15 Feb 2018

Roadside saliva testing intrusive - Genter

6:54 am on 15 February 2018

The minister in charge of road safety is unimpressed with a recommendation from her officials to introduce roadside saliva testing of motorists for drugs.

A police officer at an alcohol check point.

Photo: RNZ / Alexander Robertson

The ministry said drugged driving was a significant problem and that one in 13 drivers killed on the road have medications in their system that could have impaired their driving.

The number could be one in nine if recreational drugs were factored in, it said.

In its road safety briefing to the new government it said, while contentious, random roadside saliva testing would deter people from driving on drugs.

However, associate Transport Minister Julie-Anne Genter said there were major problems with the method.

"I have some concerns around the roadside saliva testing - it's extremely expensive, it's around $30 or $40 a test.

"We already have an extremely effective impairment test which is over 90 percent effective usually backed up by 100 percent accurate blood tests," Ms Genter said.

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Associate Transport Minister Julie-Anne Genter says there are major problems with salvia testing motorists. Photo: RNZ

Police currently carry out a roadside impairment test on motorists they suspect are driving under the influence of drugs, where the driver carries out a series of coordination tests. If they fail the test they are then blood tested.

The proposed saliva testing would only test for recreational drugs and not medications that could be impairing motorists, and it would be intrusive too, she said.

"There are a whole lot of concerns around saliva testing so we've asked officials to come back to us with more advice on the options available in terms of making road safety more effective."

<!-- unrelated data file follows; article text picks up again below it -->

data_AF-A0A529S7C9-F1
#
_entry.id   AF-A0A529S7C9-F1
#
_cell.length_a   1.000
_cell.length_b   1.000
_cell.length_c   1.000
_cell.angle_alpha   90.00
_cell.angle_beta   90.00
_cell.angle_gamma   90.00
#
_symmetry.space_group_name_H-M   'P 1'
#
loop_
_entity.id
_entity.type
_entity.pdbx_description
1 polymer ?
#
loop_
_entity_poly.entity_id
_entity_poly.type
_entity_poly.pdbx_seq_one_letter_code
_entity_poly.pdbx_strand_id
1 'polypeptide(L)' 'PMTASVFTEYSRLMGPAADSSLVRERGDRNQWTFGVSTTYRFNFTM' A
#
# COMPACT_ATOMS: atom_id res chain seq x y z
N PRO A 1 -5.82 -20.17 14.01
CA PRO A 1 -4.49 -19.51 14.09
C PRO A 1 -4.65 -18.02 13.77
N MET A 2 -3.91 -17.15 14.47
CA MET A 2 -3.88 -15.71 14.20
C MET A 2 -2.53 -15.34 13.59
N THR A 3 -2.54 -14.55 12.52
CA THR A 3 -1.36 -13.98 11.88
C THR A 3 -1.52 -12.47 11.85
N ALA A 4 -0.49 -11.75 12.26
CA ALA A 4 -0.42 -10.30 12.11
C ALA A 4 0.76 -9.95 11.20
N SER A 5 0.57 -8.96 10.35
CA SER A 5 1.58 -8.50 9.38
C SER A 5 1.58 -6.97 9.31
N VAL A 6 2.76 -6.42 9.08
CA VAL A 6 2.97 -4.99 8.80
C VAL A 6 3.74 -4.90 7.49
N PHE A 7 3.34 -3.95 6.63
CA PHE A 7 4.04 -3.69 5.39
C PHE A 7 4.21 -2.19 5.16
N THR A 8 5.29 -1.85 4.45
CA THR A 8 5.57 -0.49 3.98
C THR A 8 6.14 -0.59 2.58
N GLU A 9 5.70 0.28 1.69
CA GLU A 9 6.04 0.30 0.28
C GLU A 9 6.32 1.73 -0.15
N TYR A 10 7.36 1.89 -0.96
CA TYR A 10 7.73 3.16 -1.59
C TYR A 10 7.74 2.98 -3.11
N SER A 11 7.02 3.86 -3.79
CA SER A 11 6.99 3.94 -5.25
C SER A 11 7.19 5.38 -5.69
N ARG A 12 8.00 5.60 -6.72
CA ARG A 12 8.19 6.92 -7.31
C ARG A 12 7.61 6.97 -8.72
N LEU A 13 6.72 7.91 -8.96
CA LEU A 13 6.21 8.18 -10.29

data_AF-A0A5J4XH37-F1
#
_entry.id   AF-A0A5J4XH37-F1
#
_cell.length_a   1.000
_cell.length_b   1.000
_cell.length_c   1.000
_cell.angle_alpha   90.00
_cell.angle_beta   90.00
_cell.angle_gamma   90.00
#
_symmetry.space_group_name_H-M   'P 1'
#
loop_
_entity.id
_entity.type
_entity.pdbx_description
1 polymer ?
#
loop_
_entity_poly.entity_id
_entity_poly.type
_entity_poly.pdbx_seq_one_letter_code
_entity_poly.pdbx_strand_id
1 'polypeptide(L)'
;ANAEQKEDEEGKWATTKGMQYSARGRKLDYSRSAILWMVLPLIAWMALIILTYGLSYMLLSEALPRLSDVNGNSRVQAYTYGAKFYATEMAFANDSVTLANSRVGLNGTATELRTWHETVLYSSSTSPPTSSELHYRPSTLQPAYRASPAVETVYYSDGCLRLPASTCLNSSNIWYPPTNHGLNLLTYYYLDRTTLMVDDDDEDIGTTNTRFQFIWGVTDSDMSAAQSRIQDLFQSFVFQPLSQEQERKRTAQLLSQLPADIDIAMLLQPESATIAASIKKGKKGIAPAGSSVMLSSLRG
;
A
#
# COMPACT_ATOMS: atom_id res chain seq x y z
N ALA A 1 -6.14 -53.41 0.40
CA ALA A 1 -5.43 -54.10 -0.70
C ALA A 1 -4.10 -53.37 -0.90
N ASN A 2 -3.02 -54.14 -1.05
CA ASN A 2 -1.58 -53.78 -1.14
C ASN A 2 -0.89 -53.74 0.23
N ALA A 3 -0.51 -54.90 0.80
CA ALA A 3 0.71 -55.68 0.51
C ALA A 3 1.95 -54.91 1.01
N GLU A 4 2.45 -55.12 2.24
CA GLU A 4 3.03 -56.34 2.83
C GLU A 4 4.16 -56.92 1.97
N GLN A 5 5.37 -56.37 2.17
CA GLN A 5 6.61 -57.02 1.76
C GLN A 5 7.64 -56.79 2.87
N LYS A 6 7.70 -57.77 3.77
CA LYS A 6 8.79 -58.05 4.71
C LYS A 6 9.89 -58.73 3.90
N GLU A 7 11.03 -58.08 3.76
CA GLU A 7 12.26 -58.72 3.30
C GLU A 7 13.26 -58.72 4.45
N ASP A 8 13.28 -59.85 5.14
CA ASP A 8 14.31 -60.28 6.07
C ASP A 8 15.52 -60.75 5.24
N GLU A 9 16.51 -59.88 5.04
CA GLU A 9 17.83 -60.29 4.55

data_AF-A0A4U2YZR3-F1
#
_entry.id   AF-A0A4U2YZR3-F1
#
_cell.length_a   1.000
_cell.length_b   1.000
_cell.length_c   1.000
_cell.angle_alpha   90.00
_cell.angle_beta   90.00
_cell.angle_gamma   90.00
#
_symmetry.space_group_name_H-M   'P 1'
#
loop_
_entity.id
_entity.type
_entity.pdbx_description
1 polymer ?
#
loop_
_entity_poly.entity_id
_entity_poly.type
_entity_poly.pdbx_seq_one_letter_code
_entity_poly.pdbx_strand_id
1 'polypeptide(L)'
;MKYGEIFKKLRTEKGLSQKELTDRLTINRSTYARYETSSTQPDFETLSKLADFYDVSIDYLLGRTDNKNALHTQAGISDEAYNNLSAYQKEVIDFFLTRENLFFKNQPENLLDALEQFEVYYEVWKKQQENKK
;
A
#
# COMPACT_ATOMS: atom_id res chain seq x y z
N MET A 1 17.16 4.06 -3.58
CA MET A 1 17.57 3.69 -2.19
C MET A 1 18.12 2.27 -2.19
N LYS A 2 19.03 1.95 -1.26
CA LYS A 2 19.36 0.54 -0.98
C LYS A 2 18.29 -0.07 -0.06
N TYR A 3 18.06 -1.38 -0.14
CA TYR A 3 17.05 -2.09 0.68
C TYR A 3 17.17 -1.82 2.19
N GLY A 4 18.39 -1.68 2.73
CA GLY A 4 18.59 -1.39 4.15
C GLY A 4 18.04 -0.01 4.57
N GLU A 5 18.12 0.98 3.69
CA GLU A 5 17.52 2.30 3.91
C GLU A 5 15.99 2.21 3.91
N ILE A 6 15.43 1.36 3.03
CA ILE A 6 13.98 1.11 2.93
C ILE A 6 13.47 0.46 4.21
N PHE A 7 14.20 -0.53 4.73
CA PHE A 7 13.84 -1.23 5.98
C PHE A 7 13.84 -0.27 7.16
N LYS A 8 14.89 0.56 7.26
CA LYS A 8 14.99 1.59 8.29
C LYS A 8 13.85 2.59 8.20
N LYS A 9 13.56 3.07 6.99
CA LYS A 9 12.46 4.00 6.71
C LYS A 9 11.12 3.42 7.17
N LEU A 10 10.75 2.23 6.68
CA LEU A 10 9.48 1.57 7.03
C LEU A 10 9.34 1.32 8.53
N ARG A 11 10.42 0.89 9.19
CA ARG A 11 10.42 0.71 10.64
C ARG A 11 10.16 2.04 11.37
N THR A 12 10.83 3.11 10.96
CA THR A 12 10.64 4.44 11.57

Blood test results in 2011 showed 94 percent of drivers who failed the roadside police impairment tests had drugs in their system.

However, Police Association spokesperson Chris Cahill said he did not think the current impairment tests were particularly effective and backed saliva testing.

"They really don't allow police to understand the true extent of the problem, or to deal with people who are impaired if they are not showing significant physical impairment which is not always the case."

'We don't think the technology has improved'

Drug Foundation executive director Ross Bell said very few countries used saliva testing to test motorists because the technology was not good.

And he said the Transport Ministry knew that.

"These were the same officials that gave advice to the previous National government that saliva testing technology was not up to scratch and we shouldn't do it in New Zealand.

"So I'm surpassed to see they're now saying it is up to scratch, because we don't think the technology has improved."

When in government, National also refused to introduce saliva testing - saying the devices used were not reliable enough or fast enough to be effective.

But the party's police spokesperson, Chris Bishop, said the party was now in favour, and he would not have a problem being saliva tested himself.

"As someone who doesn't use cannabis or methamphetamine I would feel comfortable doing that and I actually think it is the logical extension of roadside breath testing."

The Transport Ministry also wants the police to carry out more alcohol breath tests.

In 2016, police conducted 1.9 million breath tests - the lowest number in nearly a decade - down nearly 40 percent on 2013.

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